The New York Times
August 22, 2005
In Explaining Life's Complexity, Darwinists and Doubters
By KENNETH CHANG
At the heart of the debate over intelligent design is this question:
Can a scientific explanation of the history of life include the
actions of an unseen higher being?
The proponents of intelligent design, a school of thought that some
have argued should be taught alongside evolution in the nation's
schools, say that the complexity and diversity of life go beyond what
evolution can explain.
Biological marvels like the optical precision of an eye, the little
spinning motors that propel bacteria and the cascade of proteins that
cause blood to clot, they say, point to the hand of a higher being at
work in the world.
In one often-cited argument, Michael J. Behe, a professor of
biochemistry at Lehigh University and a leading design theorist,
compares complex biological phenomena like blood clotting to a
mousetrap: Take away any one piece - the spring, the baseboard, the
metal piece that snags the mouse - and the mousetrap stops being able
to catch mice.
Similarly, Dr. Behe argues, if any one of the more than 20 proteins
involved in blood clotting is missing or deficient, as happens in
hemophilia, for instance, clots will not form properly.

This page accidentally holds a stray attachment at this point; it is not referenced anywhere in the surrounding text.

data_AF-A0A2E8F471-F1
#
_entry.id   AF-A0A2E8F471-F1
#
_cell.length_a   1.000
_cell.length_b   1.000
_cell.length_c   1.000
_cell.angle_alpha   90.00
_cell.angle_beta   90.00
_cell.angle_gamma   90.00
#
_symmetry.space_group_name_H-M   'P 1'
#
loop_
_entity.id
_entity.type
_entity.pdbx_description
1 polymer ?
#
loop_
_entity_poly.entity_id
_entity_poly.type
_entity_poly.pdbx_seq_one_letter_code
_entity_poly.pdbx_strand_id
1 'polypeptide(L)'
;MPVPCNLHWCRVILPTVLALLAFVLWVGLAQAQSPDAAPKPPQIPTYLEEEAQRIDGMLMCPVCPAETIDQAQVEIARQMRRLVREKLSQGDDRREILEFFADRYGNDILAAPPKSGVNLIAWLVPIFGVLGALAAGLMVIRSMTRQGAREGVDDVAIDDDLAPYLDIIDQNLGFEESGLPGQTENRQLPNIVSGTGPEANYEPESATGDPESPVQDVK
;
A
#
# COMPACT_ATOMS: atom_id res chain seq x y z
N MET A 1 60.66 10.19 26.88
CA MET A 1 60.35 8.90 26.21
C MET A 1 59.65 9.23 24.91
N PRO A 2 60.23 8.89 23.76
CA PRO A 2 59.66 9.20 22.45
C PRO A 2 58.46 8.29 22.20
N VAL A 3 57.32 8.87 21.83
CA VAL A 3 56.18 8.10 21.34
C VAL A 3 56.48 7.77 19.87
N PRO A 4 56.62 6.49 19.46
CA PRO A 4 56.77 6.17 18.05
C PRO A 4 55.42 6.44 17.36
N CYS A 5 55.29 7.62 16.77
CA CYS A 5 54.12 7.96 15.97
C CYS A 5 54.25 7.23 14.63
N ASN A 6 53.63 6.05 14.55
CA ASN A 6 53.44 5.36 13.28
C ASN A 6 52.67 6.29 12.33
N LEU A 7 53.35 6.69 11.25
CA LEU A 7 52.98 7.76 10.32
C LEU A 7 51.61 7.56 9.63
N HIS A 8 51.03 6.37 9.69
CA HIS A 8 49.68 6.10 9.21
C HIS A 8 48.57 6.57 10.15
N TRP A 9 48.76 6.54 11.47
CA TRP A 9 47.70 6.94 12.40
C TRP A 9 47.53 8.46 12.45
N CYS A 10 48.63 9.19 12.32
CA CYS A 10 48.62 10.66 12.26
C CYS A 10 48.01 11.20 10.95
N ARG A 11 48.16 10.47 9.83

Such all-or-none systems, Dr. Behe and other design proponents say,
could not have arisen through the incremental changes that evolution
says allowed life to progress to the big brains and the sophisticated
abilities of humans from primitive bacteria.
These complex systems are "always associated with design,"
Dr. Behe, the author of the 1996 book "Darwin's Black Box,"
said in an interview. "We find such systems in biology, and since
we know of no other way that these things can be produced, Darwinian
claims notwithstanding, then we are rational to conclude they were
It is an argument that appeals to many Americans of faith.
But mainstream scientists say that the claims of intelligent design
run counter to a century of research supporting the explanatory and
predictive power of Darwinian evolution, and that the design approach
suffers from fundamental problems that place it outside the realm of
science. For one thing, these scientists say, invoking a higher being
as an explanation is unscientific.
"One of the rules of science is, no miracles allowed," said
Douglas H. Erwin, a paleobiologist at the Smithsonian Institution.
"That's a fundamental presumption of what we do."
That does not mean that scientists do not believe in God. Many do. But
they see science as an effort to find out how the material world
works, with nothing to say about why we are here or how we should
And in that quest, they say, there is no need to resort to
otherworldly explanations. So much evidence has been provided by
evolutionary studies that biologists are able to explain even the most
complex natural phenomena and to fill in whatever blanks remain with
This is possible, in large part, because evolution leaves tracks like
the fossil remains of early animals or the chemical footprints in DNA
that have been revealed by genetic research.
For example, while Dr. Behe and other leading design proponents see